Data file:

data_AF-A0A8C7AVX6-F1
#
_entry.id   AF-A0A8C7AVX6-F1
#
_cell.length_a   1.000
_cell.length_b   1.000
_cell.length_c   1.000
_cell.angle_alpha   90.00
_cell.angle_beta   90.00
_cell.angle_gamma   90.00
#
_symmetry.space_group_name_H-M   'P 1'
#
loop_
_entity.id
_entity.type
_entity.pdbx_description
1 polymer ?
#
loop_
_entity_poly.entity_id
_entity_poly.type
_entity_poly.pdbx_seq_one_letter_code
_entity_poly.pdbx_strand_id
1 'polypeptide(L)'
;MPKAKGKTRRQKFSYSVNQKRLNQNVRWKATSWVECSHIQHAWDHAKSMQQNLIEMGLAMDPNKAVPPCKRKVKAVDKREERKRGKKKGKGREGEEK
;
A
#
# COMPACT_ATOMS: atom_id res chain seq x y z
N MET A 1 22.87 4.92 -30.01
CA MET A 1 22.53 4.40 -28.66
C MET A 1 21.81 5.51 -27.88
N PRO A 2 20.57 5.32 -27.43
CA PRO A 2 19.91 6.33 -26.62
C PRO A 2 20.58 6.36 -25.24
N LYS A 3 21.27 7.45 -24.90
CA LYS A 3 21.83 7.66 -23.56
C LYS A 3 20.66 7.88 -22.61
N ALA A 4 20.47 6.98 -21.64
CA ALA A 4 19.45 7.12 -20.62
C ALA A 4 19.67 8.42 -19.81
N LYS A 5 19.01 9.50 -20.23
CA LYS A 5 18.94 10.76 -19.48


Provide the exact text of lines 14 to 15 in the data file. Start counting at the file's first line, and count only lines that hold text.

loop_
_entity.id